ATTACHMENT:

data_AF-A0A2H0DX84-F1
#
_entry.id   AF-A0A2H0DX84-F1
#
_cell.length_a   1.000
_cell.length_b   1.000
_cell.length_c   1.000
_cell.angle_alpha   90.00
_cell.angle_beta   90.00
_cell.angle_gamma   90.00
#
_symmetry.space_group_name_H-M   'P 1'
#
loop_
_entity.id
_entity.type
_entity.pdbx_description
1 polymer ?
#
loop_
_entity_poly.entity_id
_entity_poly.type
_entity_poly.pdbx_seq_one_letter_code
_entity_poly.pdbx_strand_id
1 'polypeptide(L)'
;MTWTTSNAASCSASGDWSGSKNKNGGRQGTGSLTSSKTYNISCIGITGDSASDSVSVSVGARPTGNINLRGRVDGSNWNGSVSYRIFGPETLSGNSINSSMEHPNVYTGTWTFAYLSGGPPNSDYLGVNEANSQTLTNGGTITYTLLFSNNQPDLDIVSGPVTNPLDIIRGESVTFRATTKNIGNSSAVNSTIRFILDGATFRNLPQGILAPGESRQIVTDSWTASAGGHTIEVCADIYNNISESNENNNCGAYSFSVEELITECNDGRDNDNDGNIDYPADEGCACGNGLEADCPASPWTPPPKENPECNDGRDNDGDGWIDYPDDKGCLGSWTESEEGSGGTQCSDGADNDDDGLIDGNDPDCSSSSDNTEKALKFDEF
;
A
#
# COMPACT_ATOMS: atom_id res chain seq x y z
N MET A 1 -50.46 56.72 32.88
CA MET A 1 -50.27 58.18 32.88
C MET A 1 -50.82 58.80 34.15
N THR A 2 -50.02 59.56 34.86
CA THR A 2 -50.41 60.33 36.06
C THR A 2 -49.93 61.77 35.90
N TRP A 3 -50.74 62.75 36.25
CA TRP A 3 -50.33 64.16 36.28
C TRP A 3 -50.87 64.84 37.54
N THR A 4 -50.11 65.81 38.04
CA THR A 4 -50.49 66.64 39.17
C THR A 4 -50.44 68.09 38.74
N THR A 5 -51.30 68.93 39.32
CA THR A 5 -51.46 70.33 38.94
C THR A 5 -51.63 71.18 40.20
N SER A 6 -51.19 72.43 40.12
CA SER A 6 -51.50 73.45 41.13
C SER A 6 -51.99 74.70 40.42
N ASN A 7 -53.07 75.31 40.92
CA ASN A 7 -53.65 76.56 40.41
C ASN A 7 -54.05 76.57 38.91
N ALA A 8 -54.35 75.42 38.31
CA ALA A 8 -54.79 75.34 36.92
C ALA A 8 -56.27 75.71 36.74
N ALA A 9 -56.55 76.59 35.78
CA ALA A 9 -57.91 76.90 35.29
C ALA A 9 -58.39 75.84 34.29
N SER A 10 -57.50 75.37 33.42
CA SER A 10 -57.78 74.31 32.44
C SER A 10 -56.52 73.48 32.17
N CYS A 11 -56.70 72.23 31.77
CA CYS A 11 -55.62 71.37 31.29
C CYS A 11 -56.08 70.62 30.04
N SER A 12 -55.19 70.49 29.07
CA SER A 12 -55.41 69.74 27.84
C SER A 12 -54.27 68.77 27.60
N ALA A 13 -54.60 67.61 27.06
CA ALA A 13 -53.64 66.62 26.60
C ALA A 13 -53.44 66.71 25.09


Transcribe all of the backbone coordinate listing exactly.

data_AF-A0A2H0DX84-F1
#
_entry.id   AF-A0A2H0DX84-F1
#
_cell.length_a   1.000
_cell.length_b   1.000
_cell.length_c   1.000
_cell.angle_alpha   90.00
_cell.angle_beta   90.00
_cell.angle_gamma   90.00
#
_symmetry.space_group_name_H-M   'P 1'
#
loop_
_entity.id
_entity.type
_entity.pdbx_description
1 polymer ?
#
loop_
_entity_poly.entity_id
_entity_poly.type
_entity_poly.pdbx_seq_one_letter_code
_entity_poly.pdbx_strand_id
1 'polypeptide(L)'
;MTWTTSNAASCSASGDWSGSKNKNGGRQGTGSLTSSKTYNISCIGITGDSASDSVSVSVGARPTGNINLRGRVDGSNWNGSVSYRIFGPETLSGNSINSSMEHPNVYTGTWTFAYLSGGPPNSDYLGVNEANSQTLTNGGTITYTLLFSNNQPDLDIVSGPVTNPLDIIRGESVTFRATTKNIGNSSAVNSTIRFILDGATFRNLPQGILAPGESRQIVTDSWTASAGGHTIEVCADIYNNISESNENNNCGAYSFSVEELITECNDGRDNDNDGNIDYPADEGCACGNGLEADCPASPWTPPPKENPECNDGRDNDGDGWIDYPDDKGCLGSWTESEEGSGGTQCSDGADNDDDGLIDGNDPDCSSSSDNTEKALKFDEF
;
A
#
# COMPACT_ATOMS: atom_id res chain seq x y z
N MET A 1 -50.46 56.72 32.88
CA MET A 1 -50.27 58.18 32.88
C MET A 1 -50.82 58.80 34.15
N THR A 2 -50.02 59.56 34.86
CA THR A 2 -50.41 60.33 36.06
C THR A 2 -49.93 61.77 35.90
N TRP A 3 -50.74 62.75 36.25
CA TRP A 3 -50.33 64.16 36.28
C TRP A 3 -50.87 64.84 37.54
N THR A 4 -50.11 65.81 38.04
CA THR A 4 -50.49 66.64 39.17
C THR A 4 -50.44 68.09 38.74
N THR A 5 -51.30 68.93 39.32
CA THR A 5 -51.46 70.33 38.94
C THR A 5 -51.63 71.18 40.20
N SER A 6 -51.19 72.43 40.12
CA SER A 6 -51.50 73.45 41.13
C SER A 6 -51.99 74.70 40.42
N ASN A 7 -53.07 75.31 40.92
CA ASN A 7 -53.65 76.56 40.41
C ASN A 7 -54.05 76.57 38.91
N ALA A 8 -54.35 75.42 38.31
CA ALA A 8 -54.79 75.34 36.92
C ALA A 8 -56.27 75.71 36.74
N ALA A 9 -56.55 76.59 35.78
CA ALA A 9 -57.91 76.90 35.29
C ALA A 9 -58.39 75.84 34.29
N SER A 10 -57.50 75.37 33.42
CA SER A 10 -57.78 74.31 32.44
C SER A 10 -56.52 73.48 32.17
N CYS A 11 -56.70 72.23 31.77
CA CYS A 11 -55.62 71.37 31.29
C CYS A 11 -56.08 70.62 30.04
N SER A 12 -55.19 70.49 29.07
CA SER A 12 -55.41 69.74 27.84
C SER A 12 -54.27 68.77 27.60
N ALA A 13 -54.60 67.61 27.06
CA ALA A 13 -53.64 66.62 26.60
C ALA A 13 -53.44 66.71 25.09